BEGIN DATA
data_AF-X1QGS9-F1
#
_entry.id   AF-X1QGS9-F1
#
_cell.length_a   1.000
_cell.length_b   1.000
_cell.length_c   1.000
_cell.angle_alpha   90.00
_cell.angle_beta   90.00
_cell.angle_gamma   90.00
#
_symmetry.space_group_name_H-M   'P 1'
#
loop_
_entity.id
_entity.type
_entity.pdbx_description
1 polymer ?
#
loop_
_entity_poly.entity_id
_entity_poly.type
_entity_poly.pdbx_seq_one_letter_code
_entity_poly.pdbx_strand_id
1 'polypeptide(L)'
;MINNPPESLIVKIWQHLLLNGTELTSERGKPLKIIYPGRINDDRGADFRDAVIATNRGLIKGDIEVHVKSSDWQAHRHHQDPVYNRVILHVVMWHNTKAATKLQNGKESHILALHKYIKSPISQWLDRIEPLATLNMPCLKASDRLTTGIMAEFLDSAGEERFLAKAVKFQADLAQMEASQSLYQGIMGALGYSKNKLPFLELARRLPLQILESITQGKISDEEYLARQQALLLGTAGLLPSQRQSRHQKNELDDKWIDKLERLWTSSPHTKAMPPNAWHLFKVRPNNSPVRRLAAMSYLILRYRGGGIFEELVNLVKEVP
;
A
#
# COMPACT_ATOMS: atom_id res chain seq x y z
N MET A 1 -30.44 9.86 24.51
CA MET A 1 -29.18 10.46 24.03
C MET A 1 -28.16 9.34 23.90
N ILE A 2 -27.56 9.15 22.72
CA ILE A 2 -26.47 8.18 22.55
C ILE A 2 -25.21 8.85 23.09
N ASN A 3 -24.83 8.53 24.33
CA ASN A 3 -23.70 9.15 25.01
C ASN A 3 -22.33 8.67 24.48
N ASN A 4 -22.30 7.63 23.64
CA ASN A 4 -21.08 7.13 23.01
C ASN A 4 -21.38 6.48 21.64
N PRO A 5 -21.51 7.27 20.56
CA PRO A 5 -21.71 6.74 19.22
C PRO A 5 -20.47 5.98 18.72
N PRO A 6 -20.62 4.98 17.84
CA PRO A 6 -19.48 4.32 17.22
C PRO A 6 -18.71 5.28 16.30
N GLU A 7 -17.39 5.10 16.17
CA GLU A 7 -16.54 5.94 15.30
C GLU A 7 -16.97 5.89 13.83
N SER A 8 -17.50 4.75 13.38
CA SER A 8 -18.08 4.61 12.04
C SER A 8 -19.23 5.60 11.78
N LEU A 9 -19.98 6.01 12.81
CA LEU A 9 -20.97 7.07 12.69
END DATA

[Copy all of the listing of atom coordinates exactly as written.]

data_AF-X1QGS9-F1
#
_entry.id   AF-X1QGS9-F1
#
_cell.length_a   1.000
_cell.length_b   1.000
_cell.length_c   1.000
_cell.angle_alpha   90.00
_cell.angle_beta   90.00
_cell.angle_gamma   90.00
#
_symmetry.space_group_name_H-M   'P 1'
#
loop_
_entity.id
_entity.type
_entity.pdbx_description
1 polymer ?
#
loop_
_entity_poly.entity_id
_entity_poly.type
_entity_poly.pdbx_seq_one_letter_code
_entity_poly.pdbx_strand_id
1 'polypeptide(L)'
;MINNPPESLIVKIWQHLLLNGTELTSERGKPLKIIYPGRINDDRGADFRDAVIATNRGLIKGDIEVHVKSSDWQAHRHHQDPVYNRVILHVVMWHNTKAATKLQNGKESHILALHKYIKSPISQWLDRIEPLATLNMPCLKASDRLTTGIMAEFLDSAGEERFLAKAVKFQADLAQMEASQSLYQGIMGALGYSKNKLPFLELARRLPLQILESITQGKISDEEYLARQQALLLGTAGLLPSQRQSRHQKNELDDKWIDKLERLWTSSPHTKAMPPNAWHLFKVRPNNSPVRRLAAMSYLILRYRGGGIFEELVNLVKEVP
;
A
#
# COMPACT_ATOMS: atom_id res chain seq x y z
N MET A 1 -30.44 9.86 24.51
CA MET A 1 -29.18 10.46 24.03
C MET A 1 -28.16 9.34 23.90
N ILE A 2 -27.56 9.15 22.72
CA ILE A 2 -26.47 8.18 22.55
C ILE A 2 -25.21 8.85 23.09
N ASN A 3 -24.83 8.53 24.33
CA ASN A 3 -23.70 9.15 25.01
C ASN A 3 -22.33 8.67 24.48
N ASN A 4 -22.30 7.63 23.64
CA ASN A 4 -21.08 7.13 23.01
C ASN A 4 -21.38 6.48 21.64
N PRO A 5 -21.51 7.27 20.56
CA PRO A 5 -21.71 6.74 19.22
C PRO A 5 -20.47 5.98 18.72
N PRO A 6 -20.62 4.98 17.84
CA PRO A 6 -19.48 4.32 17.22
C PRO A 6 -18.71 5.28 16.30
N GLU A 7 -17.39 5.10 16.17
CA GLU A 7 -16.54 5.94 15.30
C GLU A 7 -16.97 5.89 13.83
N SER A 8 -17.50 4.75 13.38
CA SER A 8 -18.08 4.61 12.04
C SER A 8 -19.23 5.60 11.78
N LEU A 9 -19.98 6.01 12.81
CA LEU A 9 -20.97 7.07 12.69